Hernia- is the protrusion of organs, such as intestines, through a weakened section of the abdominal wall. If left untreated, the split in the muscle widens and greater amounts of tissue or organs are pushed through the opening, forming a sac. This visible lump or bulge is one of the key characteristics of a hernia.
The symptoms of a hernia can vary depending on the location and severity, but may include:
- A visible lump or a swollen area
- A heavy or uncomfortable feeling in the gut, particularly when bending over
- Pain or aching, particularly on exertion (such as lifting or carrying heavy objects)
- Digestive upsets, such as constipation
- The lump disappears when the person is lying down
- The lump enlarges upon coughing, straining or standing up.
- Inguinal – occurring in the groin. This is the most common form, accounting for more than nine out of 10 hernias. A loop of intestine pushes against the small ring of muscle in the groin, eventually splitting the muscle fibres apart. Inguinal hernias affect more men than women and are particularly common in middle age.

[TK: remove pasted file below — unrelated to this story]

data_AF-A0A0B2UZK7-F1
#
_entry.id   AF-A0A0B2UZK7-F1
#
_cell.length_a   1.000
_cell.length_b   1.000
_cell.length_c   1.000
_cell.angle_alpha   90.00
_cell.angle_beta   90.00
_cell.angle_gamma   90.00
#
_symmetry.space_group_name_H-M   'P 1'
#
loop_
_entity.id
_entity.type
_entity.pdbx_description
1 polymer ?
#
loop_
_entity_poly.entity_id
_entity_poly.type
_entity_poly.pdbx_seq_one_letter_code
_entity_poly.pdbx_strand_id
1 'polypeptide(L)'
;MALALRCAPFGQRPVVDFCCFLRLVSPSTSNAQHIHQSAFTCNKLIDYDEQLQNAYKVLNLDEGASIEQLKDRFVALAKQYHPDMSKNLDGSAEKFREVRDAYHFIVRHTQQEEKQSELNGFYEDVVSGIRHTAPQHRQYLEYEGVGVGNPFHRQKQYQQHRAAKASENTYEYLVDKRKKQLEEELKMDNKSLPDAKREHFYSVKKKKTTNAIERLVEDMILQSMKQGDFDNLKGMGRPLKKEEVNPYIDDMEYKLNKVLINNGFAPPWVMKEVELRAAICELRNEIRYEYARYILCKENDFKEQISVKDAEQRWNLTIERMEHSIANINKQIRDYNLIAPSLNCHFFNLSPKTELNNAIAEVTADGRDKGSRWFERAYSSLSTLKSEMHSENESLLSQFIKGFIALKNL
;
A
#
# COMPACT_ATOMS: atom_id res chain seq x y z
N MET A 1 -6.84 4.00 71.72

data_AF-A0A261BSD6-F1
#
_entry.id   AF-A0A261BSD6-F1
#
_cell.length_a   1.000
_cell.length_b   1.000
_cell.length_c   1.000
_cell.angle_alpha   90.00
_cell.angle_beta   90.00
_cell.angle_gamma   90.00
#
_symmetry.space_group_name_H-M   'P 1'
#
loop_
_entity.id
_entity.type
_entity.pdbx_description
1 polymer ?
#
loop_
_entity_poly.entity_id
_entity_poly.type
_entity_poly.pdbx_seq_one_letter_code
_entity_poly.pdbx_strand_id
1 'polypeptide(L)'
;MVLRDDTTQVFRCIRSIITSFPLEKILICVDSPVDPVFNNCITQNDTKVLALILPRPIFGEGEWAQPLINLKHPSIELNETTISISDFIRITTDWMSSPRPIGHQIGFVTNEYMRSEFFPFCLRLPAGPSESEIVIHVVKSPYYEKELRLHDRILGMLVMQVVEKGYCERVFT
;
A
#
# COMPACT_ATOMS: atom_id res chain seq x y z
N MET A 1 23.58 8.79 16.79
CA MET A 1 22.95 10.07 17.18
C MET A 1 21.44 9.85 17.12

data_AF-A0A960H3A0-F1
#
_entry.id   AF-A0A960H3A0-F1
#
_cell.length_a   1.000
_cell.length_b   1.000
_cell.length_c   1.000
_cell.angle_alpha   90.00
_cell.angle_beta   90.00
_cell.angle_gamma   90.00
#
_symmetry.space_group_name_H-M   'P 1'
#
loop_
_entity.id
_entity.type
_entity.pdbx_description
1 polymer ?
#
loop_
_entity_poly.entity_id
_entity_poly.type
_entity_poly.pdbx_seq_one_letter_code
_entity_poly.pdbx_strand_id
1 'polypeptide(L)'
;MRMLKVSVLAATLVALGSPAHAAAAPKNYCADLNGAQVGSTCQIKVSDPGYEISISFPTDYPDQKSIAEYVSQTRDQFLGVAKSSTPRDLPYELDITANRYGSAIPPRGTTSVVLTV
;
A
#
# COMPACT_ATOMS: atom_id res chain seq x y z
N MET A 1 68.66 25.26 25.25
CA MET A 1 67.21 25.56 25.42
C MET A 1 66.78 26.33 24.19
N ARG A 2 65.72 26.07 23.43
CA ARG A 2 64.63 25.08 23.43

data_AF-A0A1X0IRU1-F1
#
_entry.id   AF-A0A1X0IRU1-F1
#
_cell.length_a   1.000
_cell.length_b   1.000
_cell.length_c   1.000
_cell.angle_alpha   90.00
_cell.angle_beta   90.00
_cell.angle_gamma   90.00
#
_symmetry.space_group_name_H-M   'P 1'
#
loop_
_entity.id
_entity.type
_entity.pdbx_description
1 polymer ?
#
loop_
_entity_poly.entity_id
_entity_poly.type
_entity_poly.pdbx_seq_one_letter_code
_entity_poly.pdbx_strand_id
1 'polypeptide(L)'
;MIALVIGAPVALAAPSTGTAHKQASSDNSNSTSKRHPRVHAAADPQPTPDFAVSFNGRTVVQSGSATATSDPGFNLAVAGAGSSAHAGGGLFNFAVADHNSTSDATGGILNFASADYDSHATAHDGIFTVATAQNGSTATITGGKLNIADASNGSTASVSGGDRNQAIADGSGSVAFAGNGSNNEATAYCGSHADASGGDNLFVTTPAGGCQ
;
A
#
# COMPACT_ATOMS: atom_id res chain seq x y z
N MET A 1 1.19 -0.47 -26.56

- Femoral – occurring high on the thigh, where the leg joins the body. Similar to the events that cause an inguinal hernia, intestines force their way through the weak muscle ring at the femoral canal until they protrude. This herniated section of bowel is at risk of strangulation, which is a serious complication requiring urgent medical attention. Femoral hernias are more common in women.
- Umbilical – a portion of the gut pushes through a muscular weakness near the navel, or belly button. This type of hernia is more common in newborns. Overweight women, or those who have had several pregnancies, are also at increased risk.
- Incisional – after abdominal surgery, the site of repair will always be structurally weaker. Sometimes, the intestines can push through the closed incision, causing a hernia.